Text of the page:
"People of a very young age" have been at the centre of an upsurge in sectarian disturbances and attacks, Chief Constable Sir Hugh Orde has said.
A primary seven classroom was destroyed in a fire
He told a Policing Board meeting in Ballymena that sectarianism "was a problem far wider and more complicated than a simple policing solution".
He was speaking following arson attacks on two Catholic schools in the town, the latest in a spate of incidents.
Extra officers have been drafted in to the area to protect property.
Thirty police officers have been involved in the fresh security operation to prevent sectarian attacks.
Operation Striker covered 50 Catholic-owned properties, churches, schools and GAA sports grounds.
Vehicle checkpoints were set up in Ballymena, Ahoghill and Portglenone. Mobile patrols covered other locations.
SECTARIAN ATTACKS IN BALLYMENA 1 MARCH - 31 AUGUST
5 arson attacks, all on Catholics (2 considered as attempted murder)
4 petrol bombs: 2 Catholic, 2 Protestant
5 sectarian assaults: 2 Catholic, 3 Protestant
8 paint attacks: 7 Catholic, 1 Protestant
13 criminal damage: 9 Catholic, 4 Protestant
7 intimidation: 3 Catholic, 4 Protestant
Total incidents: 42. Catholic: 28; Protestant: 14
In the village of Ahoghill, there have been 15 sectarian attacks on Catholics.
Sir Hugh told the Policing Board public meeting: "Much of the disorder on the small number of parades where disorder occurred we saw was being perpetrated by people of a very young age.
"In other words, what we have been seeing is a trend across a number of events where police officers or communities are attacked, where very young people are engaged in criminal activity."
The Policing Board holds the Police Service of Northern Ireland to account.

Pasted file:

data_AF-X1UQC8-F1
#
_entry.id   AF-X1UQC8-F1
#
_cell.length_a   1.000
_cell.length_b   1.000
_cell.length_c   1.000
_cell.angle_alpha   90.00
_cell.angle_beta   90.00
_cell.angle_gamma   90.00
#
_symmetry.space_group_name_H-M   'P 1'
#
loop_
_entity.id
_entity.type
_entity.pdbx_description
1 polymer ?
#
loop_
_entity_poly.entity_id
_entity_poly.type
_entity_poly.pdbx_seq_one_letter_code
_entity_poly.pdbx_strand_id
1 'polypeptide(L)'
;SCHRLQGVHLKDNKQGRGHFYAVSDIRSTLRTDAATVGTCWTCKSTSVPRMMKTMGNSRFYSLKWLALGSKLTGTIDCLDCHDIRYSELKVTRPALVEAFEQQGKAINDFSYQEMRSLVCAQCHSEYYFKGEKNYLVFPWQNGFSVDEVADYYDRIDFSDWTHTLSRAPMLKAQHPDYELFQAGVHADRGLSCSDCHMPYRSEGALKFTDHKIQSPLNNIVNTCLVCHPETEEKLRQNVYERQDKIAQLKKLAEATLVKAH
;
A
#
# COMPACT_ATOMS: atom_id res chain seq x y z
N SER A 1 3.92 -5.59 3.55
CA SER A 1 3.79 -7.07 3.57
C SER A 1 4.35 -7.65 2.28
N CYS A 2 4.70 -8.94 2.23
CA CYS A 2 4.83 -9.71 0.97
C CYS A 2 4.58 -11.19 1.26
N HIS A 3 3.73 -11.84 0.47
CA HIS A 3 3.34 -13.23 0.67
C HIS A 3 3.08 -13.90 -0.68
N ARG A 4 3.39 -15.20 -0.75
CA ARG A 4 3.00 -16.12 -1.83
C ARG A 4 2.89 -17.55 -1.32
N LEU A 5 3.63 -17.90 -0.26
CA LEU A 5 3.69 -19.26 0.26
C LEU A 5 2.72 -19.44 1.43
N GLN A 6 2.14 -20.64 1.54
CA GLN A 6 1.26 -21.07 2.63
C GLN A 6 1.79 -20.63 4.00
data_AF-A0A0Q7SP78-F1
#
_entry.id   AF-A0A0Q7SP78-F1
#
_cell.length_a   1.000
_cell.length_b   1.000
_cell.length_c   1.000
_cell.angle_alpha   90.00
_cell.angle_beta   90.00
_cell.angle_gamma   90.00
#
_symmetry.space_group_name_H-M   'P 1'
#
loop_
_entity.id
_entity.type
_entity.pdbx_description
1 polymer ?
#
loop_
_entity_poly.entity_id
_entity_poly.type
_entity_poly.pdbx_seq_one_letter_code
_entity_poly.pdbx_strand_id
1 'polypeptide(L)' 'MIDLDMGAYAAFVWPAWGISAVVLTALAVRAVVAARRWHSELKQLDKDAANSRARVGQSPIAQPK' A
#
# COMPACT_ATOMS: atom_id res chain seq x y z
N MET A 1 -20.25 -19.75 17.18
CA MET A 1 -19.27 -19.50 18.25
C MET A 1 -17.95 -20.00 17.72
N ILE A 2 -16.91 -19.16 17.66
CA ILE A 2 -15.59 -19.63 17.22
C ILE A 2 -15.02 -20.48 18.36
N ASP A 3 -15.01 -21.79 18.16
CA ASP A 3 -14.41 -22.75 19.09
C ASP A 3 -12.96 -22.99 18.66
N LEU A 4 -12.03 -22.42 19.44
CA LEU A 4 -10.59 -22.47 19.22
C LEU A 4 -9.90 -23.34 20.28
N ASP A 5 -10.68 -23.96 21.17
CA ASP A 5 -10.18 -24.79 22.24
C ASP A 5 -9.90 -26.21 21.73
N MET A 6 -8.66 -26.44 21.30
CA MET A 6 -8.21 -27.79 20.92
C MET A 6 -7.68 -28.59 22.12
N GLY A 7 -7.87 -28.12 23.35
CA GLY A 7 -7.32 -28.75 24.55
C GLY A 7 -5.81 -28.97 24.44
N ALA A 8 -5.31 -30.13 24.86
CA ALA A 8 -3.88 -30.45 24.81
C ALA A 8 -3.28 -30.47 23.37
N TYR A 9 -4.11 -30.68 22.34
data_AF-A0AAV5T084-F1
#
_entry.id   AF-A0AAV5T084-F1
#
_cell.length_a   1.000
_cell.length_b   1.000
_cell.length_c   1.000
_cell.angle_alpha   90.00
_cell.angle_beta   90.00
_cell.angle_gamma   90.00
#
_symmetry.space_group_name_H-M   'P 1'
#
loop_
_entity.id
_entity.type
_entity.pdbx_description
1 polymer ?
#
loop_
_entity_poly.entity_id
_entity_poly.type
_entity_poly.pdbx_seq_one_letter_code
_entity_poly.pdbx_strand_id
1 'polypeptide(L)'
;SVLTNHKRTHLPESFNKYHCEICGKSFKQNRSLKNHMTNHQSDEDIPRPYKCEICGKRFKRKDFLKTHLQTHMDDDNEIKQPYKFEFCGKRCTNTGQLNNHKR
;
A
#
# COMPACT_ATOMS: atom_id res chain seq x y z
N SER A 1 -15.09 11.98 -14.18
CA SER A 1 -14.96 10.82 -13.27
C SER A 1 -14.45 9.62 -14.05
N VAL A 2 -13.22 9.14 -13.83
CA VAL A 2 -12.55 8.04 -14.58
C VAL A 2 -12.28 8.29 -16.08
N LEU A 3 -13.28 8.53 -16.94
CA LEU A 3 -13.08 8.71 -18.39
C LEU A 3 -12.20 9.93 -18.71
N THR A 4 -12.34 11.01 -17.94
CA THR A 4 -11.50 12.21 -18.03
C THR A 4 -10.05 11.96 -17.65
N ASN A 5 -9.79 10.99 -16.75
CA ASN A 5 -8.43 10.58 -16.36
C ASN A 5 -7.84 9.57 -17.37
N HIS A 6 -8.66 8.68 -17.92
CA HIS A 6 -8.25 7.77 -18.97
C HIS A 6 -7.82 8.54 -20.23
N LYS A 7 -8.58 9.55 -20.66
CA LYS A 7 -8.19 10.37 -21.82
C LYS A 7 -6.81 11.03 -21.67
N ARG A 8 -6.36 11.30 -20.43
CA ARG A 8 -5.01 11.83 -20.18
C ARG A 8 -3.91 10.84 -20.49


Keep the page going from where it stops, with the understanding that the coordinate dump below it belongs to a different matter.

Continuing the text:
Supt Terry Shevlin said more resources have been deployed
Ballymena district commander Chief Superintendent Terry Shevlin told the same meeting that police had identified a problem with sectarian violence in the area as far back as March.
Mr Shevlin said that to reduce the violence, more community beat officers had been deployed, there were covert operations and technical operations such as using police cameras and equipment, CCTV, intelligence gathering and forensics.
He said he had also had to contend with tensions around parades, public disorder in the Dunclug area of Ballymena, the loyalist UVF-LVF feud, and using police resources to keep rival nationalist and loyalist youths apart.
He said that in the two weeks between August 15 and 30, before the two recent attacks on Catholic primary schools in Ballymena, there had been only one significant attack on a Catholic property in Ahoghill and one attack on a Protestant property in north Ballymena.
Speaking earlier, the board's vice chairman, Denis Bradley, said that while the policing response was important, it alone could not solve the problem of sectarianism.
"The police have to answer for their operational ability and that's fair enough," he said.
"But civic society and churches and politicians and everybody else need to do something about this nihilism, on the one hand, among youngsters, 14, 15, 16-year-olds, because that's what it is feeding into our old problems of sectarianism.
"Plus the adults, the 20 and 30 year olds who are quite sectarian in the sense that they can't live with their neighbours. Police can't solve all of that."
Fred Cobain, an Ulster Unionist member of the Policing Board, said: "I think the police in most circumstances do an extremely good job.
"Society itself has responsibilities to bear."